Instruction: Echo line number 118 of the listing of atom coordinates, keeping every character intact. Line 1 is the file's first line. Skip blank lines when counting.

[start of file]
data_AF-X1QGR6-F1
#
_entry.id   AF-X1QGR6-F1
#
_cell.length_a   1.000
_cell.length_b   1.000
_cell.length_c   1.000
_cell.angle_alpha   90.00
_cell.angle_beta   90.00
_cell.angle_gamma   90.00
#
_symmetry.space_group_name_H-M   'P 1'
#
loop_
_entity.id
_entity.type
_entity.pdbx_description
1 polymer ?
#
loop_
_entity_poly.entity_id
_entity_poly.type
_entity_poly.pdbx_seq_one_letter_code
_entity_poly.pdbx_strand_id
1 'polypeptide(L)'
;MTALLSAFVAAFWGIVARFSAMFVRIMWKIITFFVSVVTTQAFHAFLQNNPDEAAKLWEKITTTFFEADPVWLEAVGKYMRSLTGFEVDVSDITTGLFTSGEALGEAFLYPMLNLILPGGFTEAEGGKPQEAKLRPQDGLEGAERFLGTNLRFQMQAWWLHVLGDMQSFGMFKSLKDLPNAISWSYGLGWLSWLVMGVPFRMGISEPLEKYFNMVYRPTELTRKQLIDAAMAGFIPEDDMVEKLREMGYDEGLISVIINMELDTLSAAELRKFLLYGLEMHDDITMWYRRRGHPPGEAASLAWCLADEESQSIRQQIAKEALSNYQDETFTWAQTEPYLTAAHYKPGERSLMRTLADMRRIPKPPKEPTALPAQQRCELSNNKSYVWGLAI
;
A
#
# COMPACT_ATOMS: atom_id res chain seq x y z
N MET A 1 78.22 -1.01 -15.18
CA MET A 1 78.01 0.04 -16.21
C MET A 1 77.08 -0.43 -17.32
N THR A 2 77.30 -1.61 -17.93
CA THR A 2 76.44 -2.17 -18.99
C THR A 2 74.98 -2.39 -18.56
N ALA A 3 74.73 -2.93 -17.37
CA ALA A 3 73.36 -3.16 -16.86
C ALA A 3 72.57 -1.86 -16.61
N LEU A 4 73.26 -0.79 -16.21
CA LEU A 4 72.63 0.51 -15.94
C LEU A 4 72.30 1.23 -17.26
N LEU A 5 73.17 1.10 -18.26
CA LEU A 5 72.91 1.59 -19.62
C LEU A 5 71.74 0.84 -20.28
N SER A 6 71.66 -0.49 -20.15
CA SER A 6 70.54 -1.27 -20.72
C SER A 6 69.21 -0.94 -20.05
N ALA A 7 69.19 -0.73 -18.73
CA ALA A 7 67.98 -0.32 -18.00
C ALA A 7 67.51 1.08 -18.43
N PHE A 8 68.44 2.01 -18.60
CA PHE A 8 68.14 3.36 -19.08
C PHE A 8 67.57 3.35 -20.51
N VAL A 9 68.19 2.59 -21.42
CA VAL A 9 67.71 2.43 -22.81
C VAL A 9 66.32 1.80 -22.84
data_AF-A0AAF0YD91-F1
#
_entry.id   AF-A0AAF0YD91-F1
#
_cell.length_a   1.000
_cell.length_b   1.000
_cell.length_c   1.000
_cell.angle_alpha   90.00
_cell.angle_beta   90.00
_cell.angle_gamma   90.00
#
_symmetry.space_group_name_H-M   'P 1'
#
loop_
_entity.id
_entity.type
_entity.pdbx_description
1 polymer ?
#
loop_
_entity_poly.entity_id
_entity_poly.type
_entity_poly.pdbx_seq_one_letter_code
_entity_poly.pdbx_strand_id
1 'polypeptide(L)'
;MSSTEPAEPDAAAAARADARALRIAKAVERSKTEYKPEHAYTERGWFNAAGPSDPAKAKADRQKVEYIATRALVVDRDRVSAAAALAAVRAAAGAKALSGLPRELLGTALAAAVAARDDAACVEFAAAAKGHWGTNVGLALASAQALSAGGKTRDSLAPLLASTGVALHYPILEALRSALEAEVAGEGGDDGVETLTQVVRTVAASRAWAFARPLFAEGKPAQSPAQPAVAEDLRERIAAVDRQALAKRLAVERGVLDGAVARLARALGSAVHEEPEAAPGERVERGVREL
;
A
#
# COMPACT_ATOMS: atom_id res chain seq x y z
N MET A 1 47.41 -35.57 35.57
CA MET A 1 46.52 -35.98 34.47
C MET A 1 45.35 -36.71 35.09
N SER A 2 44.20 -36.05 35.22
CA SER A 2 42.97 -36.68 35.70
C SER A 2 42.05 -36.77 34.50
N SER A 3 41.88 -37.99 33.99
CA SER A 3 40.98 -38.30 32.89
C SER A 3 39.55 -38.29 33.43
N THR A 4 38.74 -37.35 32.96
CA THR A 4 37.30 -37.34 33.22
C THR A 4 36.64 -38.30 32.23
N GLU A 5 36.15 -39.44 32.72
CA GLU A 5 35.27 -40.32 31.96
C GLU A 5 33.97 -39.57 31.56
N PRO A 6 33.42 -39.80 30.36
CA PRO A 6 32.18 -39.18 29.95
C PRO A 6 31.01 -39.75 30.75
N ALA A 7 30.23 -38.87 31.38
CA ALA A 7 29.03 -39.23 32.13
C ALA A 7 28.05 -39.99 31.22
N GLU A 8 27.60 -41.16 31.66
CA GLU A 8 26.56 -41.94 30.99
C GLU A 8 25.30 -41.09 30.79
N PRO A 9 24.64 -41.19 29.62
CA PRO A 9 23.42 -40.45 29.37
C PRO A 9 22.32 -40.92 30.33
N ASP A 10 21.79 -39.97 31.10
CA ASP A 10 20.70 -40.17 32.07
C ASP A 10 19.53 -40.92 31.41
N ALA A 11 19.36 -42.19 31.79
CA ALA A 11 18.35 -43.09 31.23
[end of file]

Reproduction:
N ALA A 11 19.36 -42.19 31.79